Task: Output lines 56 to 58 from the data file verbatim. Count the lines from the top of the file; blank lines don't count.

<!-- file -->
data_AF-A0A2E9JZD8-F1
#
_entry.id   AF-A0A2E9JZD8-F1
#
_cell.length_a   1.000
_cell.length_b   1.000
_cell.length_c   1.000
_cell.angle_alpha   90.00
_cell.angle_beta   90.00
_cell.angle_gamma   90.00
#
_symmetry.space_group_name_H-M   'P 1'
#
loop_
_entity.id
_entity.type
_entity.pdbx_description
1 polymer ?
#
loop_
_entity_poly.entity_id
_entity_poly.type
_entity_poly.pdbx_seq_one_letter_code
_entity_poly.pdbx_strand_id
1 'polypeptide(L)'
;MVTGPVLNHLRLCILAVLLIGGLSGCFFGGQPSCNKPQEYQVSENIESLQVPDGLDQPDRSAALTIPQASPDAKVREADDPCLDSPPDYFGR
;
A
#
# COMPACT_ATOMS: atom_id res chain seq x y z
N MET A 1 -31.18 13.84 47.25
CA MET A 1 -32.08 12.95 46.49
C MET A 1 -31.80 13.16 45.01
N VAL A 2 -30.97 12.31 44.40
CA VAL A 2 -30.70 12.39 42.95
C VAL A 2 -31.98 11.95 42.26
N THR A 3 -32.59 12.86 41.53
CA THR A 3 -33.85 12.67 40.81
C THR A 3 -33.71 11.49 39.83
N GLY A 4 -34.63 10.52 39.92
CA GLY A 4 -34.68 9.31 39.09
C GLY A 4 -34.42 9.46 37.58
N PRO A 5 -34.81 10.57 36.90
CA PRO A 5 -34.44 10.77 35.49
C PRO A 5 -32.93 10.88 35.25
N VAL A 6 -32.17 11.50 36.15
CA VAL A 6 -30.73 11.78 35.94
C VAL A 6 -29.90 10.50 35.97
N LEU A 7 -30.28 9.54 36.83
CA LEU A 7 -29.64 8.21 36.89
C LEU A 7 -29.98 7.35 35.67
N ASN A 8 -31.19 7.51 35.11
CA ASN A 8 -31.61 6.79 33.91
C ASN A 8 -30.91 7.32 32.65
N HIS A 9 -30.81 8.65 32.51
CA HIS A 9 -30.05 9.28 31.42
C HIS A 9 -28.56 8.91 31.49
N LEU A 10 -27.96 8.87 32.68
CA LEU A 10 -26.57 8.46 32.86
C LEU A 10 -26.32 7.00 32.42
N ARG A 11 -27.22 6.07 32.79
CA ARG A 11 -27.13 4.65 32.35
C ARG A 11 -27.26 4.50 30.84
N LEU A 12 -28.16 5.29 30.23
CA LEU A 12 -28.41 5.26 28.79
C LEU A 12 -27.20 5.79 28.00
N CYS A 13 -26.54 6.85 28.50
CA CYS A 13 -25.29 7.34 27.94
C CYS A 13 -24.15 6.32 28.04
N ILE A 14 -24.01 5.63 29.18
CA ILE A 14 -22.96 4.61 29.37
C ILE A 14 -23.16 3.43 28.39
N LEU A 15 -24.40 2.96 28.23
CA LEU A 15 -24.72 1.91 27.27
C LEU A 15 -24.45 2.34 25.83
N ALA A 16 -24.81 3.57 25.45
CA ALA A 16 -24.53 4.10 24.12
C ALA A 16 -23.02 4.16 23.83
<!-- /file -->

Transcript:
CA HIS A 9 -30.05 9.28 31.42
C HIS A 9 -28.56 8.91 31.49
N LEU A 10 -27.96 8.87 32.68